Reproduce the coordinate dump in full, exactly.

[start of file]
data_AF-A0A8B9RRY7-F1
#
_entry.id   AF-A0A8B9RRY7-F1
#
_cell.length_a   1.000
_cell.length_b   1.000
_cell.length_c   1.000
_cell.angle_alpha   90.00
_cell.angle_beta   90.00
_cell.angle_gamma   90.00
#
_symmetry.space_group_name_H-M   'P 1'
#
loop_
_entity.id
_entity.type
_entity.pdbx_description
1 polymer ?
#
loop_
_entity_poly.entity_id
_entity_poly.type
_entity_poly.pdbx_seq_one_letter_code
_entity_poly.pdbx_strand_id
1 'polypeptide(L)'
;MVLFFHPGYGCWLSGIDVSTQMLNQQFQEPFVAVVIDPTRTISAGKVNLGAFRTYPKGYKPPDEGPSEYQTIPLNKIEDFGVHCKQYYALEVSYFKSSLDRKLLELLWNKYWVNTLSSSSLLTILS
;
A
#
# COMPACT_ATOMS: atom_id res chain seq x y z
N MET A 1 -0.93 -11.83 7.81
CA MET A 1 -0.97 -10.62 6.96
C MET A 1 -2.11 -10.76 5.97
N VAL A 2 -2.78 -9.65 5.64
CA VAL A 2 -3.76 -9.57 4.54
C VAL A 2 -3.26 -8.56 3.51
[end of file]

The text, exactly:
data_AF-A0A8B9RRY7-F1
#
_entry.id   AF-A0A8B9RRY7-F1
#
_cell.length_a   1.000
_cell.length_b   1.000
_cell.length_c   1.000
_cell.angle_alpha   90.00
_cell.angle_beta   90.00
_cell.angle_gamma   90.00
#
_symmetry.space_group_name_H-M   'P 1'
#
loop_
_entity.id
_entity.type
_entity.pdbx_description
1 polymer ?
#
loop_
_entity_poly.entity_id
_entity_poly.type
_entity_poly.pdbx_seq_one_letter_code
_entity_poly.pdbx_strand_id
1 'polypeptide(L)'
;MVLFFHPGYGCWLSGIDVSTQMLNQQFQEPFVAVVIDPTRTISAGKVNLGAFRTYPKGYKPPDEGPSEYQTIPLNKIEDFGVHCKQYYALEVSYFKSSLDRKLLELLWNKYWVNTLSSSSLLTILS
;
A
#
# COMPACT_ATOMS: atom_id res chain seq x y z
N MET A 1 -0.93 -11.83 7.81
CA MET A 1 -0.97 -10.62 6.96
C MET A 1 -2.11 -10.76 5.97
N VAL A 2 -2.78 -9.65 5.64
CA VAL A 2 -3.76 -9.57 4.54
C VAL A 2 -3.26 -8.56 3.51